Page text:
Cawston College

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Cawston College
Cawston College crest.jpg
Motto Animo ac Fide (With spirit and faith)
Established 1964
Closed 1999
Type Independent
Religion Church of England
Founder Canon Alfred Woodard
Location Cawston
Norfolk
NR10 4JD
England
Gender Mixed
Affiliations Woodard Schools and HMC

Cawston College (1964-1999) was a public school in the English county of Norfolk in the United Kingdom.

History[edit]

Elizabeth boarding house and main school building

Cawston College, one of the Woodard Schools, opened in 1964 at the former manor house of Cawston, Norfolk, with Mr. John Asquith as Headmaster. Cawston Manor had been constructed by George Cawston, an American stockbroker, who settled in the area in 1897, beguiled by the fact that the village had his name. Two American students attended in the late 80s and are currently U.S. Marine pilots. It was an independent Christian College with its own Chapel for day and boarding boys and later included girls. It had a good reputation and accommodated dyslexic pupils.

In addition to its academic work, the school was keen to provide as broad a range of activities for its pupils as possible. There were ambitious annual hill-walking expeditions, including destinations in South America and India, an active Duke of Edinburgh Award scheme and most pupils were encouraged to join the Combined Cadet Force, all run by members of the school staff. The College grounds included woods, heathland and a lake with boat house (a total of about 135 acres), which aided the provision outdoor education and adventurous activity.

The senior school had two Houses, those of Woodard and School House; when Girls were eventually admitted to the college they were also assigned to one of these houses. Over the course of the schools history the houses remained fairly balanced in terms of sports, however Woodard won Sports Day for 7 consecutive years between 1987-1993.

The number of pupils over the years had fluctuated from 45 at the opening of the college to 145 then to 96 when it closed, 120 pupils were reportedly required for it to survive. The College closed in 1999 after a series of rescue bids were put forward, which were rejected by the school governors, much to the annoyance of parents and staff members.

10 July 1999 was the final day of the summer term and speech day when television journalist Kate Adie, who had a godson at the college was guest speaker. After the school closed there was an auction of its equipment, which was reported on in the local press. In one classroom a simple phrase had been left written on a board, "This was a good school," while in another a message had been left which told another widely felt opinion. A single word. "Betrayed."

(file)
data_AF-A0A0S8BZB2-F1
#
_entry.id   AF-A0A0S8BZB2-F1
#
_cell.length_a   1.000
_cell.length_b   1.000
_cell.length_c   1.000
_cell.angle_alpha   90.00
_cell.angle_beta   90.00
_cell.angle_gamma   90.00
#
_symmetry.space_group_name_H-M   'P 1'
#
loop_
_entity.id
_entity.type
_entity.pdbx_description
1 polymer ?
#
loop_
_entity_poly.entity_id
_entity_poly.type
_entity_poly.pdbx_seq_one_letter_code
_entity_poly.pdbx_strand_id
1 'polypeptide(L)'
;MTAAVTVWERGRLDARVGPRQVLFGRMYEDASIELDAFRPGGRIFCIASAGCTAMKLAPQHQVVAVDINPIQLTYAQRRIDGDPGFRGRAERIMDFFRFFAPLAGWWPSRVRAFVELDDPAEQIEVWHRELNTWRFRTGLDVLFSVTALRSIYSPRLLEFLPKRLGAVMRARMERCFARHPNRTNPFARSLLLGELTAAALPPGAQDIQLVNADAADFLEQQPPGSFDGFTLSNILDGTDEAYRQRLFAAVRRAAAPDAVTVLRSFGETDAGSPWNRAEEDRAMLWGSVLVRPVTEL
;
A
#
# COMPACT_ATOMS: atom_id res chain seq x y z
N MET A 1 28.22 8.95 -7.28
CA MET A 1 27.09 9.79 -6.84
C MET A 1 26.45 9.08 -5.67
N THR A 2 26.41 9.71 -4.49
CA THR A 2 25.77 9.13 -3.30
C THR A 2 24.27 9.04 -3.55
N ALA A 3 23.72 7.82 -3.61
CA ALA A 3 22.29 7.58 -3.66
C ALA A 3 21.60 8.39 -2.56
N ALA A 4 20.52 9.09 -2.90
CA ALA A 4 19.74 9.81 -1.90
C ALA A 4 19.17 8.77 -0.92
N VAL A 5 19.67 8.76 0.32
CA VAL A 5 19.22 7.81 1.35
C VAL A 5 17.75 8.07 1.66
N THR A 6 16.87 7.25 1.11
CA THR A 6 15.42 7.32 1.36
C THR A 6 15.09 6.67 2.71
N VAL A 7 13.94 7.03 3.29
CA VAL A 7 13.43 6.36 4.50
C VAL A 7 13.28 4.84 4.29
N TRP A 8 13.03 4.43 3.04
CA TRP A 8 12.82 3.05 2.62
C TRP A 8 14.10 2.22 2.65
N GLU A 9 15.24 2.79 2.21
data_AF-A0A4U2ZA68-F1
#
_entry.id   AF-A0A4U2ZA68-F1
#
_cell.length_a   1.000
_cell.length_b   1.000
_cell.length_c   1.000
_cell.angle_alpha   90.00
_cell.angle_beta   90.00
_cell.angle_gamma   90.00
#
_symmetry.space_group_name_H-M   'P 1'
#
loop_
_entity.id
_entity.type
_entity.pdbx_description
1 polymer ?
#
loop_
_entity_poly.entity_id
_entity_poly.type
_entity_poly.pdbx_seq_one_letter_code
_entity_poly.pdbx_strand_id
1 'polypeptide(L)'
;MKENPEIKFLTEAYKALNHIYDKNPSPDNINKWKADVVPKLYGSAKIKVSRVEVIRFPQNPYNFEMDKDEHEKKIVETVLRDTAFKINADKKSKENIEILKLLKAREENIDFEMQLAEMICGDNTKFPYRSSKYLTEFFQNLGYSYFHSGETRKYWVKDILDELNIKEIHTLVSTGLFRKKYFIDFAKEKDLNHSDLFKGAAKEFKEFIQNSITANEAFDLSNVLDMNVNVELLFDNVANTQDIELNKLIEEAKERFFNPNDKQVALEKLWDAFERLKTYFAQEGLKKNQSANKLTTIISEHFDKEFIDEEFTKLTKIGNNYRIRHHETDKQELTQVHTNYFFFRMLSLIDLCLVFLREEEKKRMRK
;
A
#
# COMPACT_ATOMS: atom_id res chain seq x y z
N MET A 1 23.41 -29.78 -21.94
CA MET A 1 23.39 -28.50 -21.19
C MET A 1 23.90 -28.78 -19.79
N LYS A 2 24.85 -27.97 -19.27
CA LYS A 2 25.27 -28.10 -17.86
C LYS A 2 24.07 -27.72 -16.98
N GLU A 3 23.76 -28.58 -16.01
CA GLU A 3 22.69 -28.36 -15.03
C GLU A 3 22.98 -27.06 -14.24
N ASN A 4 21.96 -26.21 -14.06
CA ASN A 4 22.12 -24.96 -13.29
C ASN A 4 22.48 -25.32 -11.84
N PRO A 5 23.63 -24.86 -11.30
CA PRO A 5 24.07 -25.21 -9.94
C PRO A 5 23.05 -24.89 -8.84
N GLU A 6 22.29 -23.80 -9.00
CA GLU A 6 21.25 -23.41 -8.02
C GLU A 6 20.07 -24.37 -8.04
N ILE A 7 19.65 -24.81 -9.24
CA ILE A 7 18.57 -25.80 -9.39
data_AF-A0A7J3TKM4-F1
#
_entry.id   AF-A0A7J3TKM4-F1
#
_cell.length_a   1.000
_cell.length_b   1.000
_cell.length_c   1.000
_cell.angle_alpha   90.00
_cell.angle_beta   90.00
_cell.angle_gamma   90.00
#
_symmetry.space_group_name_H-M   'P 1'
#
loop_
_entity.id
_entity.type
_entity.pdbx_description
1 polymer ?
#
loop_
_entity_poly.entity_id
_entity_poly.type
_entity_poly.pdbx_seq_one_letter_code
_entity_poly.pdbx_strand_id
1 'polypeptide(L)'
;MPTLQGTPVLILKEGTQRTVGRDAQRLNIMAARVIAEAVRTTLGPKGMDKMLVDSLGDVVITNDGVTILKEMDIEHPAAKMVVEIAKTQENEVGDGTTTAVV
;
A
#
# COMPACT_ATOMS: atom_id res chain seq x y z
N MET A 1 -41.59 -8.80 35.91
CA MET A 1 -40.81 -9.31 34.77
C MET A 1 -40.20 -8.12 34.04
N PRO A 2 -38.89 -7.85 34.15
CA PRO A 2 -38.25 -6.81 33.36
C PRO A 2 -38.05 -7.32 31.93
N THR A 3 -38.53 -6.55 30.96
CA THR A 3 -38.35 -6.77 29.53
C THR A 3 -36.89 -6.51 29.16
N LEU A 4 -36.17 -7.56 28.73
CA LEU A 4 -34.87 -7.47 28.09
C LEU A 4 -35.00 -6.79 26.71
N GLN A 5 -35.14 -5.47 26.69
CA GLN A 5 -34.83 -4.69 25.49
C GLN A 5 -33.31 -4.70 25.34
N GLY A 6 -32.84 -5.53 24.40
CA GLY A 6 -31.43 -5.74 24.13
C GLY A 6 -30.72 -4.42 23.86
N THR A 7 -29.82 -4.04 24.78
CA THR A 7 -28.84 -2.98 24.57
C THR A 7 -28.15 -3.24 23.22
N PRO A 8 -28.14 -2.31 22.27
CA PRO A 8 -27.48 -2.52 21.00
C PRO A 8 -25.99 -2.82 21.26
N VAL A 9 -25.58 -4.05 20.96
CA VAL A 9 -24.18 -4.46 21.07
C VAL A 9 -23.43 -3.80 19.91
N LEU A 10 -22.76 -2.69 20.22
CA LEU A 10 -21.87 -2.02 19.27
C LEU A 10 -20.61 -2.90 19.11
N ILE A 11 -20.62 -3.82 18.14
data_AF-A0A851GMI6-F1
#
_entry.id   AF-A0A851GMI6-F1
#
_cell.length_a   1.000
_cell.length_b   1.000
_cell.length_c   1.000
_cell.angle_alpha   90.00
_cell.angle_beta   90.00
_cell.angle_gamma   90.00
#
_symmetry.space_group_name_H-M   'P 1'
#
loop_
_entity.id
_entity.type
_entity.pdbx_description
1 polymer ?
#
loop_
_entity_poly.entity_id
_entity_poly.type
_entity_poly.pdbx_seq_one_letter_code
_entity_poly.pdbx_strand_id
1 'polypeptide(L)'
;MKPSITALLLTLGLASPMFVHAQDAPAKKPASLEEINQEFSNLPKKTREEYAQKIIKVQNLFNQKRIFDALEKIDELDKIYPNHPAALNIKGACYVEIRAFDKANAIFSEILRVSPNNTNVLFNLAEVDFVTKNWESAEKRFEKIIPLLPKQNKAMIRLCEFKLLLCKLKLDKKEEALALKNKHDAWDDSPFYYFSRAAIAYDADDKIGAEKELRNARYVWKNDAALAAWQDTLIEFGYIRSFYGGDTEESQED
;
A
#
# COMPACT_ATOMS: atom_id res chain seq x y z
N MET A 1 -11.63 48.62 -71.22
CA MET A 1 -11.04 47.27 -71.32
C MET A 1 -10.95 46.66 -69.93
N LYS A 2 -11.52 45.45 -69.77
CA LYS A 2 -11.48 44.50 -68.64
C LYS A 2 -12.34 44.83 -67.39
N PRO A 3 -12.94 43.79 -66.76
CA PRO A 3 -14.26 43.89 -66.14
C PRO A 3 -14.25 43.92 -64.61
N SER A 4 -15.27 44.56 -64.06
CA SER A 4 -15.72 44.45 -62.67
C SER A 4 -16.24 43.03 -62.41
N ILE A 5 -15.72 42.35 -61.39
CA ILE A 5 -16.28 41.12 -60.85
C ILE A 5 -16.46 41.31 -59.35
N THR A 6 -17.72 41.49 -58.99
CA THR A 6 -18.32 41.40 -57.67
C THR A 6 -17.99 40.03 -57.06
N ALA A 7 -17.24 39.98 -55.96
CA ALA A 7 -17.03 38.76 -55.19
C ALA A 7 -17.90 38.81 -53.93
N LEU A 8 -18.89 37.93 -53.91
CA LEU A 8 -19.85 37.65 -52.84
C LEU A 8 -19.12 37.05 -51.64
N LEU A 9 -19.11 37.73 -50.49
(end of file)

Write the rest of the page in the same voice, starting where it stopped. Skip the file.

Headmasters:-

  • 1964 John P.K. Asquith
  • 1986 James Berry
  • 1991 John Sutton
  • On the retirement of Mr Sutton, Mrs Barbara Harrison took over and stayed until the College closed.

Today[edit]

After closure the main school buildings were used by International Foundation of Inspiration, Spirituality and Healing (IFISH),[1] who used it for the study, promotion and practice of psychic science and spiritual healing until 2003.

The site then became the home of Cawston Park psychiatric hospital.[2] In November 2006 former Tory MP David Prior, non-executive chairman of Cawston Park was arrested among others by Norfolk Constabulary who were investigating allegiations of financial irregularities.[3][dead link] He was cleared of involvement in the alleged fraud on the 15th February 2007 [4] The hospital closed in 2009 in the aftermath of the trial, along with its sister unit Kelling Park near Holt, after owners Chancellor Care went into administration.[5] In 2010 it was sold to the Jeesal Group for use as a specialist hospital providing treatment for adults with learning difficulties and problems including mental-health breakdowns.

The school's old water tower has been converted into a house by former pupil David Forster. This conversion has been featured on Channel 5's "Build a New Life in the Country".[6][7]

Notable former pupils[edit]

  • Nick Youngs, England scrum-half.
  • Herbie Hide, the heavyweight boxer, was a pupil at the College in the 1980s.

References[edit]

Further reading[edit]

  • Cowie, Leonard & Evelyn (1991). That One Idea: Nathaniel Woodard and His Schools. Ellesmere, Shropshire: Woodard Corporation; pp. 143-45: Cawston College, Norfolk

External links[edit]

Coordinates: 52°46′32″N 1°12′24″E / 52.7755°N 1.2066°E / 52.7755; 1.2066